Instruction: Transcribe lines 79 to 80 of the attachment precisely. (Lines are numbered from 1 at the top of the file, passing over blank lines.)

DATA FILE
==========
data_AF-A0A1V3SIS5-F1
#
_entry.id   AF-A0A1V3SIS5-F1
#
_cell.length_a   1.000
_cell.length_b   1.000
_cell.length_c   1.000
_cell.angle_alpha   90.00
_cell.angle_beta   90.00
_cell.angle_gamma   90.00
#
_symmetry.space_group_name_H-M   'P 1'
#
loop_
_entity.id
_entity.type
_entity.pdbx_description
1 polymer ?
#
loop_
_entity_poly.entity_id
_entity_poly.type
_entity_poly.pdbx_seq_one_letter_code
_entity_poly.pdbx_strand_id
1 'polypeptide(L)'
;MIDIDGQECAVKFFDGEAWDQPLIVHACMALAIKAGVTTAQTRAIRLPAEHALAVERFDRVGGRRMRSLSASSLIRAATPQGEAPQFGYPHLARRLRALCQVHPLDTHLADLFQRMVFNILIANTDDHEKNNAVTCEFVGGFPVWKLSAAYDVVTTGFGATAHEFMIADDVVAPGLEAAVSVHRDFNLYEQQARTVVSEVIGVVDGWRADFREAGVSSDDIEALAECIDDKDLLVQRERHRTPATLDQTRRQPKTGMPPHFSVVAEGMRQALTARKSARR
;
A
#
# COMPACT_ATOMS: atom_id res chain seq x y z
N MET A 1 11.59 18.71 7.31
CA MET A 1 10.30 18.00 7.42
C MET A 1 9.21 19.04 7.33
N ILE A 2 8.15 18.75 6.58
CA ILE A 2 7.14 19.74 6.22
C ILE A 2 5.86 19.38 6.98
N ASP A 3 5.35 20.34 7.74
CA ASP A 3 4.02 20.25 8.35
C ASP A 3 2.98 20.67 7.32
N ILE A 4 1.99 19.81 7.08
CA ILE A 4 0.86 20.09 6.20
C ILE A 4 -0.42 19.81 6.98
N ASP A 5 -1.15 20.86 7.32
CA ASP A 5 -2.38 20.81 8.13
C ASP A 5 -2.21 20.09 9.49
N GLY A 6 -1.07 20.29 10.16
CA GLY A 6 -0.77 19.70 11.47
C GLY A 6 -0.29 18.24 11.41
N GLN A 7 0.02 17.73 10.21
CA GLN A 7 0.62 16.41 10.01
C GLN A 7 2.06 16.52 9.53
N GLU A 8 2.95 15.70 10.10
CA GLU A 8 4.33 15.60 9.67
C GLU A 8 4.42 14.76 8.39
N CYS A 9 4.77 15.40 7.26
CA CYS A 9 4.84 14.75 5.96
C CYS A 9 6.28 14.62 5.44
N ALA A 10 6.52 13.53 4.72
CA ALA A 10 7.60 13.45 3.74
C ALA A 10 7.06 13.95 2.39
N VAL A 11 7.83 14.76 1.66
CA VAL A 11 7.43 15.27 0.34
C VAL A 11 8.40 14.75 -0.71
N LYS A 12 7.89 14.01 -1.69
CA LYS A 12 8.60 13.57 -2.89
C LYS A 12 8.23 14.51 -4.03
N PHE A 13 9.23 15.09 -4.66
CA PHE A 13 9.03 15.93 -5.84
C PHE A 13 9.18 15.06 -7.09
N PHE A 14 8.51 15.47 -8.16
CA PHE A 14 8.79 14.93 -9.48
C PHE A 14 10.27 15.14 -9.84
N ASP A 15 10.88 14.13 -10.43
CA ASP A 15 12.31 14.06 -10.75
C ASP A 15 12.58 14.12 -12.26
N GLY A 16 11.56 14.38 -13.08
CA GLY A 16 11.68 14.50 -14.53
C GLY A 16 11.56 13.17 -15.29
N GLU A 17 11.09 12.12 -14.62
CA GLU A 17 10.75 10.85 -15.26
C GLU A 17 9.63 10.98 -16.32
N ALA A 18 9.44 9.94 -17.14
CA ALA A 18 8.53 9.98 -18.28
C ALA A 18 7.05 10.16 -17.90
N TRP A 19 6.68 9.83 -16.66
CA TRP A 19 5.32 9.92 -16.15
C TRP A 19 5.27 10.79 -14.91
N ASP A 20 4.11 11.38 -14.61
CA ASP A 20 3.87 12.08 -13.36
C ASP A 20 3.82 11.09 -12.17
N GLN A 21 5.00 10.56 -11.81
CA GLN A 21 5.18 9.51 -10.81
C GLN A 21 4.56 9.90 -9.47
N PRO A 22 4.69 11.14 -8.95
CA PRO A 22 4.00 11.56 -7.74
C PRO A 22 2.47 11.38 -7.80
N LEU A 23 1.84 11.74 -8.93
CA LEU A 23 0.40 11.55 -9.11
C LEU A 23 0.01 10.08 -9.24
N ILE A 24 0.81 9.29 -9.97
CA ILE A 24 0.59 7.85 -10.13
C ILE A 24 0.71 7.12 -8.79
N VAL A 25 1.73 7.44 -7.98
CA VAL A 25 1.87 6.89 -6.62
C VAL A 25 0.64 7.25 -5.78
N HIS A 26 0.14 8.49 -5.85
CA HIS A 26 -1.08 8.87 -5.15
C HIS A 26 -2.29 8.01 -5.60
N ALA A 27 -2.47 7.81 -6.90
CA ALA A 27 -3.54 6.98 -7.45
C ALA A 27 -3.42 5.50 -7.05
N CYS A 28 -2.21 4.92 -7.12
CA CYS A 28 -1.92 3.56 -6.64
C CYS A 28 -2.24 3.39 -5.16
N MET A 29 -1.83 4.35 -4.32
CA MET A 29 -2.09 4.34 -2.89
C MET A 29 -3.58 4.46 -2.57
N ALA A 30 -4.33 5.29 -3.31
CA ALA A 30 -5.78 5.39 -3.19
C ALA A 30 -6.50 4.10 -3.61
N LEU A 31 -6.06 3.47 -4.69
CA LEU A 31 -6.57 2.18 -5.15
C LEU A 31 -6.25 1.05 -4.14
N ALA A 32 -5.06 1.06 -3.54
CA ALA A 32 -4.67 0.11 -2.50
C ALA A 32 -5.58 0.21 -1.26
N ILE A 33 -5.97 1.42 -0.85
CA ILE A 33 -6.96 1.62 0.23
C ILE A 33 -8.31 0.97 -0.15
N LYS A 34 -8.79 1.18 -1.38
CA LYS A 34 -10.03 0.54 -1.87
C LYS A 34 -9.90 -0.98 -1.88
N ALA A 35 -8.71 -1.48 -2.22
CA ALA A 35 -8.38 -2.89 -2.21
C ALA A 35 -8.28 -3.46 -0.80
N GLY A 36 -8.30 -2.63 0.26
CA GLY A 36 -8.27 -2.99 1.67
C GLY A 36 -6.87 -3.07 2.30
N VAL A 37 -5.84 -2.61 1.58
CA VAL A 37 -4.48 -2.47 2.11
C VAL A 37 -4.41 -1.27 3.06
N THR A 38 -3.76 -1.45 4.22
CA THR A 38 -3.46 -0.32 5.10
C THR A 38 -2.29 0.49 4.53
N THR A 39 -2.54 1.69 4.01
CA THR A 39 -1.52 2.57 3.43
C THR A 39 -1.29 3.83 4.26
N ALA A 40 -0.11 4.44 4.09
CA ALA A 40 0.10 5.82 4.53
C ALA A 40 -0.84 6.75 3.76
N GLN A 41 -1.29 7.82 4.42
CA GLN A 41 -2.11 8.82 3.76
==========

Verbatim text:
N GLU A 17 11.09 12.12 -14.62
CA GLU A 17 10.75 10.85 -15.26